The number of pedestrians and motorists killed during police chases has risen fivefold in four years, and many of the the deaths could have been avoided because the pursuits were unnecessary, a highly critical report by the Police Complaints Authority said yesterday.
There were 44 deaths involving police pursuits in the year to March 2002, compared with nine in the same period to March 1998. Most happened on quiet or almost deserted roads, often in 30mph zones in built-up areas, a study by the authority found.
The study, Fatal Pursuit, investigated 85 collisions involving police chases between 1998 and 2001, which resulted in 91 deaths. In most cases the car being chased crashed into another vehicle or an obstruction such as a tree. Just over half of the dead tested were found to have been drink-driving and a quarter had taken cannabis.
Officers made "inadequate risk assessments" during some pursuits leading to wrong and "risky" decisions, said the report.
The report's author, David Best, head of research at the PCA, concluded: "The police continue to engage in too many pursuits that endanger public safety and the most effective way to reduce this is by increasing management control on the evolution of pursuits and reducing officer discretion about both initiating and continuing with pursuits.
"Many of these incidents are potentially preventable, either by changes in force policy or by proactive measures designed to bring out safe and effective resolution of such incidents."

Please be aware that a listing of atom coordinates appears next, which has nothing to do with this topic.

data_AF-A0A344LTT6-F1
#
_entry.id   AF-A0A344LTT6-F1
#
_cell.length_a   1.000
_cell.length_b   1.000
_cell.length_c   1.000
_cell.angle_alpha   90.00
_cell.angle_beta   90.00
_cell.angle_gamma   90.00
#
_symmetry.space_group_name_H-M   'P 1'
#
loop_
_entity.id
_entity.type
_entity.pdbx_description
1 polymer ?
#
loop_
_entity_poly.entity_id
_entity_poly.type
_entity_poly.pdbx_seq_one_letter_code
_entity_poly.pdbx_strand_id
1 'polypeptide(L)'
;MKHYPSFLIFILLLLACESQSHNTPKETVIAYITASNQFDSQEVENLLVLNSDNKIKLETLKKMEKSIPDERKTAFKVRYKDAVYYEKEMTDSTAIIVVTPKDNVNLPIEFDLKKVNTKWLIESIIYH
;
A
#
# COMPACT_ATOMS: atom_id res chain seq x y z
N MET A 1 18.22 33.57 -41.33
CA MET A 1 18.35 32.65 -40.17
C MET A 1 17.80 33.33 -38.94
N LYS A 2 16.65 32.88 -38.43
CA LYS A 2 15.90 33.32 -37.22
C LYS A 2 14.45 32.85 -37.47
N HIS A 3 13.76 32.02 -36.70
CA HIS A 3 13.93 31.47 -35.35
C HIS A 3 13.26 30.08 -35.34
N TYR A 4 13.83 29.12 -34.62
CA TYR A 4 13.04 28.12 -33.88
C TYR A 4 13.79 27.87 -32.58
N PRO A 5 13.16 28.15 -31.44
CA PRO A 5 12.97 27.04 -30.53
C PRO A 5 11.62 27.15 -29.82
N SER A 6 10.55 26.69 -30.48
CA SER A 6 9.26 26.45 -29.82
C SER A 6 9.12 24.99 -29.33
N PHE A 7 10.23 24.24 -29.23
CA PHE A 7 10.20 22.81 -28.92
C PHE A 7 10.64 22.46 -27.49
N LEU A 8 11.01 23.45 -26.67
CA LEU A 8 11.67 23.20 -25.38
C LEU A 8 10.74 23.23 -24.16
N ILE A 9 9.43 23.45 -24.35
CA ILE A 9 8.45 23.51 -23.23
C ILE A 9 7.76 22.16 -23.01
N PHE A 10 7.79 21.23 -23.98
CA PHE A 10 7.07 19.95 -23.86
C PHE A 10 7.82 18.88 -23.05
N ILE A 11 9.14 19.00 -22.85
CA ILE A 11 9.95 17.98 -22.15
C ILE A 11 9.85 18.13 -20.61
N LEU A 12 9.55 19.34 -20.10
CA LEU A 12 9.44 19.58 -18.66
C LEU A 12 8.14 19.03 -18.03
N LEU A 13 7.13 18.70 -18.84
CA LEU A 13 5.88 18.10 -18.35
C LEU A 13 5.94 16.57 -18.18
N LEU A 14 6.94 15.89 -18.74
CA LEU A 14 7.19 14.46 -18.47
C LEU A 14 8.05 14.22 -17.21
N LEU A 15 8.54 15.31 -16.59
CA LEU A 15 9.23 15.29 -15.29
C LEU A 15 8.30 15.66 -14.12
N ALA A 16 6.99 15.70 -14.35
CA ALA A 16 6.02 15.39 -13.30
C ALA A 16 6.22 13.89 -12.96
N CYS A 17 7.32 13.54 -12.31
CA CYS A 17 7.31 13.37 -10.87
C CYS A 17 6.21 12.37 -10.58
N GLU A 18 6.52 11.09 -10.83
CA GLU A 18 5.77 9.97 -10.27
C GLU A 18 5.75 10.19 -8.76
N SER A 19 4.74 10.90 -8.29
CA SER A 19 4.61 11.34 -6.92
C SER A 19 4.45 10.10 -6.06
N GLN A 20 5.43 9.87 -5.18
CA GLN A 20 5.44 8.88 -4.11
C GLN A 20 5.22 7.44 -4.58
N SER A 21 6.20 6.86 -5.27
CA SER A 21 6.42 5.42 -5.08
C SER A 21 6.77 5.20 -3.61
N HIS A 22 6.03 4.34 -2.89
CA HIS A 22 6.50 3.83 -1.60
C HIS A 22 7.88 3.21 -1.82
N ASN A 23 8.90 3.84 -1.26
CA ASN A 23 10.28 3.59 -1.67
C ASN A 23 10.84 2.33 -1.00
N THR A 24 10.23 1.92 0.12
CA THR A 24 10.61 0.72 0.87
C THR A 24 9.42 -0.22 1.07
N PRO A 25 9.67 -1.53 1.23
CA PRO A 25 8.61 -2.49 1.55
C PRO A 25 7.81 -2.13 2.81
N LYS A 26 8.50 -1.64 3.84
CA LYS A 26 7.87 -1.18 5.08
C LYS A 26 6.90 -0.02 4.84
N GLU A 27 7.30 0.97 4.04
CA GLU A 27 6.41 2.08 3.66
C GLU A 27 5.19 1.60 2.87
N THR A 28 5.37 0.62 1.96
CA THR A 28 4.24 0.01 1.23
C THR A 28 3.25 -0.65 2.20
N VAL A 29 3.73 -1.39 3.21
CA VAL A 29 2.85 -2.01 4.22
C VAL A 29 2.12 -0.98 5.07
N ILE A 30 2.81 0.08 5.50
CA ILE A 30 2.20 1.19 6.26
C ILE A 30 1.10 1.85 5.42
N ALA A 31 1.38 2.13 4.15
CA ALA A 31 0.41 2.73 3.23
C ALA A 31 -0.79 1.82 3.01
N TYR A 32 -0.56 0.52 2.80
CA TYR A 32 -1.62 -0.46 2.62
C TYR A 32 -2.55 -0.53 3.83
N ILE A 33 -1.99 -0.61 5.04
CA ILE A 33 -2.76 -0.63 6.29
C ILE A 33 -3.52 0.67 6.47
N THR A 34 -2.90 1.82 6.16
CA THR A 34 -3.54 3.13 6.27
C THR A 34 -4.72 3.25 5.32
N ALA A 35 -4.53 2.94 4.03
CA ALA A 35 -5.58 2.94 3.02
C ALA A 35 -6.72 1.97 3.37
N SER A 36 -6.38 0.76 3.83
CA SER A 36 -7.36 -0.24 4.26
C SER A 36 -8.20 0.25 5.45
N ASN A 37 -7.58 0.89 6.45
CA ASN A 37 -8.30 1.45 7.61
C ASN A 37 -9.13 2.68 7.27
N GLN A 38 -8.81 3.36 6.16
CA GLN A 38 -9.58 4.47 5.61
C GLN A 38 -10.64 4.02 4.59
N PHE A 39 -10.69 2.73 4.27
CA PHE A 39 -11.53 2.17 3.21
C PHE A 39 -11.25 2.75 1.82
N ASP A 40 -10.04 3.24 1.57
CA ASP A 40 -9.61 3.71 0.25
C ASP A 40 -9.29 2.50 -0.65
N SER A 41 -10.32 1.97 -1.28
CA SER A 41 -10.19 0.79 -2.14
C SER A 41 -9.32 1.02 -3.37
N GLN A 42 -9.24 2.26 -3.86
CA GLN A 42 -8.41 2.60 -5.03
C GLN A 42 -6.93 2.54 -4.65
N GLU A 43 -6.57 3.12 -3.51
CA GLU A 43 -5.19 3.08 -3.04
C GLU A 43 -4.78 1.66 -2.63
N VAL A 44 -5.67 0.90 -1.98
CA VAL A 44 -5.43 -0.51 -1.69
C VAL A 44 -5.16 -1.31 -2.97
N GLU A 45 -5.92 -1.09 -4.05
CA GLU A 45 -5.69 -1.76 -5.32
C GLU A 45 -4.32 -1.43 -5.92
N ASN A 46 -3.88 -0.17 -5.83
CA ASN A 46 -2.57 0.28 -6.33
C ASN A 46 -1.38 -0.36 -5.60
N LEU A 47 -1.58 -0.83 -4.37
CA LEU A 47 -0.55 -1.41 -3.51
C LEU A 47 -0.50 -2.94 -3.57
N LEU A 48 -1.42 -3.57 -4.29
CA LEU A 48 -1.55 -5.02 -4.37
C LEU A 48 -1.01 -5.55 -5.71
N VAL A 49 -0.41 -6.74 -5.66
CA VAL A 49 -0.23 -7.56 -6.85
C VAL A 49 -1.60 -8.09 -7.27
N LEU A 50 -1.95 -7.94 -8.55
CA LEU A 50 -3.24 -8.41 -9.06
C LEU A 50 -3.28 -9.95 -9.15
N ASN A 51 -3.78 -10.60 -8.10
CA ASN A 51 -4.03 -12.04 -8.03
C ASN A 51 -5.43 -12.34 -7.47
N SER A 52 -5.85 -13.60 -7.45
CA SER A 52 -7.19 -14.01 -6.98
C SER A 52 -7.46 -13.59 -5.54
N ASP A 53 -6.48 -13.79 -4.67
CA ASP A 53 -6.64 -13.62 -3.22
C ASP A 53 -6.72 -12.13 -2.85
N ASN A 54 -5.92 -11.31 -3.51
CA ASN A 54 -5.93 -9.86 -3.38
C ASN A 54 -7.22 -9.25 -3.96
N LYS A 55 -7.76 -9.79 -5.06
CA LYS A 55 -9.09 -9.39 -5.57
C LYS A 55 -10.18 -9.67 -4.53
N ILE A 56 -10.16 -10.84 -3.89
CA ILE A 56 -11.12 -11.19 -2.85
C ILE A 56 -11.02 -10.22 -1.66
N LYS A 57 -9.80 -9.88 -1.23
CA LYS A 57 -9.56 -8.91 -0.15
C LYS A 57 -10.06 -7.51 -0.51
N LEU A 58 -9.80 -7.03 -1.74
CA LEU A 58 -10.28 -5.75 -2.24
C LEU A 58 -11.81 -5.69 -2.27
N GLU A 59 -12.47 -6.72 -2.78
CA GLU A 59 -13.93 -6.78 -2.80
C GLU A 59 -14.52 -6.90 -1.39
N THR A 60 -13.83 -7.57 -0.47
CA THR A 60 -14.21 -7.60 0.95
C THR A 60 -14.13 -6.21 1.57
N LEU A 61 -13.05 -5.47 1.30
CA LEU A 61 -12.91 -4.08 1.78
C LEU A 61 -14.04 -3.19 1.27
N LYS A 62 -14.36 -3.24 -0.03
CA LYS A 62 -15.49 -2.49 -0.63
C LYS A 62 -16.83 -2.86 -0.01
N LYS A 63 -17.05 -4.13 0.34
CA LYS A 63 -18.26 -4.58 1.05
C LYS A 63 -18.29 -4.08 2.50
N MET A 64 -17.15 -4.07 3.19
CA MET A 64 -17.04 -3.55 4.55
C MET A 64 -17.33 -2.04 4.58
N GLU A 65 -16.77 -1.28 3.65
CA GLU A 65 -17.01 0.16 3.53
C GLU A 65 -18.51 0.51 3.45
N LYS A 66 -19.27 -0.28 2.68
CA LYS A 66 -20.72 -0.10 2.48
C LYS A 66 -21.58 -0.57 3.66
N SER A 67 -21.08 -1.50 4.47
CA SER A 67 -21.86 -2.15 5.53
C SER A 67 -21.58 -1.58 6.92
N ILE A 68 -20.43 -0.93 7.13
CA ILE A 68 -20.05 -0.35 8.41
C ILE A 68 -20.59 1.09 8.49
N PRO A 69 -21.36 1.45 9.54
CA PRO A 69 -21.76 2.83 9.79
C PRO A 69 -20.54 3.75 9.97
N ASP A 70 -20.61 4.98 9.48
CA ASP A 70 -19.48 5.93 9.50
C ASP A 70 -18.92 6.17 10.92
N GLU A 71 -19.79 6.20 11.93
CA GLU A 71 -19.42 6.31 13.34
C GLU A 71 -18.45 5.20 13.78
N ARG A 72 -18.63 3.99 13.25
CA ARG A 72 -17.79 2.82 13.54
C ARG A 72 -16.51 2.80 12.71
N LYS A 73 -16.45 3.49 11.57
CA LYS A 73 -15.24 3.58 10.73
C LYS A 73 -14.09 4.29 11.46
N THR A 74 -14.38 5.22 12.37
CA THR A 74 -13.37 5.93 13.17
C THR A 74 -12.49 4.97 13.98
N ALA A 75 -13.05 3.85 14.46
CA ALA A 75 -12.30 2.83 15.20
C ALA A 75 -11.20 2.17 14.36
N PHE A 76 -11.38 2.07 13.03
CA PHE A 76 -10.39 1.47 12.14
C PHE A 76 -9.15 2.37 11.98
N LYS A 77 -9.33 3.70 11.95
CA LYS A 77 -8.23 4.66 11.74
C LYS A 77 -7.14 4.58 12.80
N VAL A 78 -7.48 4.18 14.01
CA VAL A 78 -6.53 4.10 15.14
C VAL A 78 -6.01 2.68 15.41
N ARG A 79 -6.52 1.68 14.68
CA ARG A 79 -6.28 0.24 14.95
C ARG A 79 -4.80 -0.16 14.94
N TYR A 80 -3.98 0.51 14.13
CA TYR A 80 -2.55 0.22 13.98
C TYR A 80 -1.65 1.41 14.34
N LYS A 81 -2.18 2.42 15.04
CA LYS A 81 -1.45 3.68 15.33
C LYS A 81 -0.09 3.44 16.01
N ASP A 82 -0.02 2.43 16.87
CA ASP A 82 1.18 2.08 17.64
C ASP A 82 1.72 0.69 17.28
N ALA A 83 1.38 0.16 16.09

It recommended managers should take charge of pursuit from the control room. The discretion of the police driver to pursue a car should be reduced and officers should not pursue unless they had a "clear, centrally agreed strategy for attempting to stop the vehicle safely", the report said.
Communication between officers in the police car during a pursuit was "not satisfactory" and there should be specialist training for passenger officers.
Unmarked police cars and convoys of police cars should also be barred from being involved in chases, the report said.
Sir Alistair Graham, chairman of the PCA, said: "I am most concerned that the numbers of fatalities have continued to grow and there is no sign of them levelling off. If anything the latest figures show the rate is accelerating. The present situation cannot be allowed to continue and a positive effort must be made to manage these events properly."
The danger to pedestrians posed by speeding police vehicles was highlighted when the Channel 4 newsreader Sheena McDonald was left in a coma for 72 hours after being knocked down by a police van rushing to deal with a pub fight in Islington, north London, in 1999.
Ms McDonald suffered serious head injuries and was in hospital for two months after the accident.
Earlier this week, a police car answering an emergency call struck and killed a woman pedestrian in Shooters Hill, south-east London. The crash happened shortly after 1am on Monday.
The Association of Chief Police Officers said it did not understand why the number of accidents had risen so sharply.
Acpo's spokesman on police driving, Bill Brereton, Deputy Chief Constable of North Wales, said senior officers would discuss with the Police Complaints Authority how they could reduce the death toll.